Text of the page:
Of the current workload in his office, Dr. Ausaf stated that “the flow of clinical trials is at the same ferocity as before.” Also, he notes that patient compliance in terms of completing diaries and attending onsite visits is close to 100%, reflecting the pre-pandemic rate.

A definitive change Dr. Ausaf has seen is the newly necessary budgeting for PPE, or personal protective equipment. He reported that his office now plans for six times the cost of PPE before COVID-19, and nearly all sponsors have been readily accommodating.

Another difference reflects the reluctance of some patients to leave their homes for unnecessary purposes, especially to spend time inside of a medical clinic. To be more accommodating towards patients, Dr. Ausaf sees the potential in new collaborations between sponsors and local pharmacies, allowing study subjects to pick up investigational product in a more convenient manner.

Of these collaborations, they are a new commonality offered for patients in clinical trials. A global survey conducted earlier this year by Medidata found that 45% of clinics and hospitals had transitioned near fully from in-person visits to virtual visits (source). 

As Dr. Ausaf looks to the future of clinical trials, he sees plenty of opportunity for innovation that have been made obvious by the new necessities brought by COVID-19. For example, he believes that the “virtual trial” model is not something that will go away, but rather will take hold in the space. In fact, the same survey found that a third of respondents have amended study protocols to include some degree of telemedicine (source).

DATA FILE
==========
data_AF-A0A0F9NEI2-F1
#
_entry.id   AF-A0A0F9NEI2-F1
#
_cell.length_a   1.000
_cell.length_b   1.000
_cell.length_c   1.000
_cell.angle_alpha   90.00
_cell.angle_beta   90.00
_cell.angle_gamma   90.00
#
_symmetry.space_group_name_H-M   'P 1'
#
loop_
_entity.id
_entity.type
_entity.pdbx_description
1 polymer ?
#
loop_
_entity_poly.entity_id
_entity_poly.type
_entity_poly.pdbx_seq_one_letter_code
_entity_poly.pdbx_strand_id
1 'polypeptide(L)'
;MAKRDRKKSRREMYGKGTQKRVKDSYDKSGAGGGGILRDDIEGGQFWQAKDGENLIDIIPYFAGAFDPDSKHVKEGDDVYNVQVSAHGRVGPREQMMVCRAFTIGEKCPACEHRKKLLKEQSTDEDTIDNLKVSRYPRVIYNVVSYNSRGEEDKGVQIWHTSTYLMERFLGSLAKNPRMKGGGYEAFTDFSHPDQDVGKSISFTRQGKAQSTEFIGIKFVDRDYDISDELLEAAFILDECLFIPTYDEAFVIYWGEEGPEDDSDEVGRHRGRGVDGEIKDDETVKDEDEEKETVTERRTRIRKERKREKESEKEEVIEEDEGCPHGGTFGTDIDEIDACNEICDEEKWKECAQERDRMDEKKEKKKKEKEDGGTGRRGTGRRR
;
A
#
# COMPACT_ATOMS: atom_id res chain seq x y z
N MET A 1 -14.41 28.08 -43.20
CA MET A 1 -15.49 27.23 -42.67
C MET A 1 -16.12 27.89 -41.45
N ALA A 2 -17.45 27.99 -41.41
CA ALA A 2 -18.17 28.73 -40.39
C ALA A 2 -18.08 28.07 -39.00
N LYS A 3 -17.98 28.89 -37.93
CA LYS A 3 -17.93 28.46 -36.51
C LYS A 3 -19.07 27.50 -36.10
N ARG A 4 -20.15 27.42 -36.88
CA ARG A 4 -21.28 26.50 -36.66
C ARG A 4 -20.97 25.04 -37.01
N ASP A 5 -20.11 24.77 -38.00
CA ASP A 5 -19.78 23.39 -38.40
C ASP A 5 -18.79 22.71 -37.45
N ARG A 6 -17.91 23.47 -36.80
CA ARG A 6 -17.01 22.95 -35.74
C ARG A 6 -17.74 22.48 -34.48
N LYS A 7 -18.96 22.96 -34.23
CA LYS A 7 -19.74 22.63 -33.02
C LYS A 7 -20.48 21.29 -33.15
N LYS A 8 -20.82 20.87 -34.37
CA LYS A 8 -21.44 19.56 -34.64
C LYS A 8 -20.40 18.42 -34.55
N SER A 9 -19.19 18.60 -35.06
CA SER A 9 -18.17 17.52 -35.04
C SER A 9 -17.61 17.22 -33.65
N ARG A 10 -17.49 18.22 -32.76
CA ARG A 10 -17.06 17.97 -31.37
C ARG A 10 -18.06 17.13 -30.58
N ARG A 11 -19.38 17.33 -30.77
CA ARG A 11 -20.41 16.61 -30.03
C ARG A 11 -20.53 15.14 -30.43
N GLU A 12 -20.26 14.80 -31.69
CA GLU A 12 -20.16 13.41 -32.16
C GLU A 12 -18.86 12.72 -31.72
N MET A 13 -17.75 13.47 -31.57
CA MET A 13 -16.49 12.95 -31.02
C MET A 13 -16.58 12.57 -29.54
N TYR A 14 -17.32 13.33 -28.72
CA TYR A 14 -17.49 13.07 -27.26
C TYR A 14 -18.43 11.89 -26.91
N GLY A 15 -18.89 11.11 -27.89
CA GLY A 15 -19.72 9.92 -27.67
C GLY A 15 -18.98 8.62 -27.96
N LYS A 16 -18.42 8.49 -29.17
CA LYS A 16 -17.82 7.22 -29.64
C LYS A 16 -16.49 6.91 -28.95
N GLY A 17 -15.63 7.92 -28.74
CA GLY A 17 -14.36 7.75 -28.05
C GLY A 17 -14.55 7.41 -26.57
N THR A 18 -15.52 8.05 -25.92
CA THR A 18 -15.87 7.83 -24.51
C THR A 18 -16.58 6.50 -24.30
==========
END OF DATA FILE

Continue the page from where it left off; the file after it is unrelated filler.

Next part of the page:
To that end, he sees sponsors potentially partnering with the home healthcare industry to facilitate different aspects of conducting a virtual trial. Sponsors may send nurses to patients’ homes when necessary, and team up with online recording software such as e-diaries, and consumer-facing medical devices such as Bluetooth-enabled stethoscopes. These devices and other home monitoring technologies would enable a patient to monitor and report his or her own vital signs.

Dr. Ausaf has helped forge a viable plan for his clinic, Auzmer Research, should these predictions come to fruition. He noted that his clinic has already been presented with two virtual trial opportunities.

On a macro scale, he believes that hospital networks with the means to do so will start buying independent research sites, which will mitigate the risks of using unknown or unverified sites. Sponsors have seen the negative effects of scrambling for doctors and clinics in the wake of COVID-19, and the experience is not one that sponsors would be willing to repeat.

It is clear that while the world of clinical research is evolving at a rapid pace, we must adopt innovative digital tools and collaborative platforms to be best positioned to meet these challenges and drive the best possible outcomes for patients.